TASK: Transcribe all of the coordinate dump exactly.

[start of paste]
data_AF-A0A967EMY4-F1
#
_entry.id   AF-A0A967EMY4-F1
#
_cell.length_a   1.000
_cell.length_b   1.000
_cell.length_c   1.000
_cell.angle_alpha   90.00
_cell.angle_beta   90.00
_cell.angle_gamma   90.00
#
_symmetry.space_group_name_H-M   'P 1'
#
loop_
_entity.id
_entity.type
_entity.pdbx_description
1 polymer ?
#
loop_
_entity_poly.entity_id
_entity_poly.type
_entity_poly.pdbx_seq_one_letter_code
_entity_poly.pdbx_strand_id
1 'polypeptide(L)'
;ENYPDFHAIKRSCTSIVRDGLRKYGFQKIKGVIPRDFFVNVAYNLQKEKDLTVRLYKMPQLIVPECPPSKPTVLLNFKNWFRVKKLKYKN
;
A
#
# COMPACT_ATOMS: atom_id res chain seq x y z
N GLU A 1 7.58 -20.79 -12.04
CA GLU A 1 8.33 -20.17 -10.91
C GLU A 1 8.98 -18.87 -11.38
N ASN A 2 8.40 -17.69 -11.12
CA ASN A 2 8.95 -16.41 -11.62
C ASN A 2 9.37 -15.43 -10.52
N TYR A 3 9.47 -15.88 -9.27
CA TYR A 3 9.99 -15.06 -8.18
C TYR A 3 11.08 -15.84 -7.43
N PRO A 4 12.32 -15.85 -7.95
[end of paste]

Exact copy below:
data_AF-A0A967EMY4-F1
#
_entry.id   AF-A0A967EMY4-F1
#
_cell.length_a   1.000
_cell.length_b   1.000
_cell.length_c   1.000
_cell.angle_alpha   90.00
_cell.angle_beta   90.00
_cell.angle_gamma   90.00
#
_symmetry.space_group_name_H-M   'P 1'
#
loop_
_entity.id
_entity.type
_entity.pdbx_description
1 polymer ?
#
loop_
_entity_poly.entity_id
_entity_poly.type
_entity_poly.pdbx_seq_one_letter_code
_entity_poly.pdbx_strand_id
1 'polypeptide(L)'
;ENYPDFHAIKRSCTSIVRDGLRKYGFQKIKGVIPRDFFVNVAYNLQKEKDLTVRLYKMPQLIVPECPPSKPTVLLNFKNWFRVKKLKYKN
;
A
#
# COMPACT_ATOMS: atom_id res chain seq x y z
N GLU A 1 7.58 -20.79 -12.04
CA GLU A 1 8.33 -20.17 -10.91
C GLU A 1 8.98 -18.87 -11.38
N ASN A 2 8.40 -17.69 -11.12
CA ASN A 2 8.95 -16.41 -11.62
C ASN A 2 9.37 -15.43 -10.52
N TYR A 3 9.47 -15.88 -9.27
CA TYR A 3 9.99 -15.06 -8.18
C TYR A 3 11.08 -15.84 -7.43
N PRO A 4 12.32 -15.85 -7.95